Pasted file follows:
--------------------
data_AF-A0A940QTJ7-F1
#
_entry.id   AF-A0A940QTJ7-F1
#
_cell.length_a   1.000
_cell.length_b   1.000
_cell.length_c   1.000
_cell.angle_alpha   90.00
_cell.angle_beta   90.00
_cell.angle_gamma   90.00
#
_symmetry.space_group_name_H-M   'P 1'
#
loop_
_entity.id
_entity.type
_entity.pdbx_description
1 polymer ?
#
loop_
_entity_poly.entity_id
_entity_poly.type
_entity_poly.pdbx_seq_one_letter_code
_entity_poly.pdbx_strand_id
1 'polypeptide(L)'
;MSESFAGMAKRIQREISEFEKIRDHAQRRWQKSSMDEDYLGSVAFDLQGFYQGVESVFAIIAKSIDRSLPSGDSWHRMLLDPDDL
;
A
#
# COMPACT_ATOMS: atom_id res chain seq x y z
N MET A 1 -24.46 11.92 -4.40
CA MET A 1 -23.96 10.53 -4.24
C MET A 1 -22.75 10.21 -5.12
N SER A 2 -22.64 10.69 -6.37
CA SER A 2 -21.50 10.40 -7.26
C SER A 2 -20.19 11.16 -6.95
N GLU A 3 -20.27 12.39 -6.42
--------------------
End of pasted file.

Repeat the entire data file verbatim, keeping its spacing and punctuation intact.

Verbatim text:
data_AF-A0A940QTJ7-F1
#
_entry.id   AF-A0A940QTJ7-F1
#
_cell.length_a   1.000
_cell.length_b   1.000
_cell.length_c   1.000
_cell.angle_alpha   90.00
_cell.angle_beta   90.00
_cell.angle_gamma   90.00
#
_symmetry.space_group_name_H-M   'P 1'
#
loop_
_entity.id
_entity.type
_entity.pdbx_description
1 polymer ?
#
loop_
_entity_poly.entity_id
_entity_poly.type
_entity_poly.pdbx_seq_one_letter_code
_entity_poly.pdbx_strand_id
1 'polypeptide(L)'
;MSESFAGMAKRIQREISEFEKIRDHAQRRWQKSSMDEDYLGSVAFDLQGFYQGVESVFAIIAKSIDRSLPSGDSWHRMLLDPDDL
;
A
#
# COMPACT_ATOMS: atom_id res chain seq x y z
N MET A 1 -24.46 11.92 -4.40
CA MET A 1 -23.96 10.53 -4.24
C MET A 1 -22.75 10.21 -5.12
N SER A 2 -22.64 10.69 -6.37
CA SER A 2 -21.50 10.40 -7.26
C SER A 2 -20.19 11.16 -6.95
N GLU A 3 -20.27 12.39 -6.42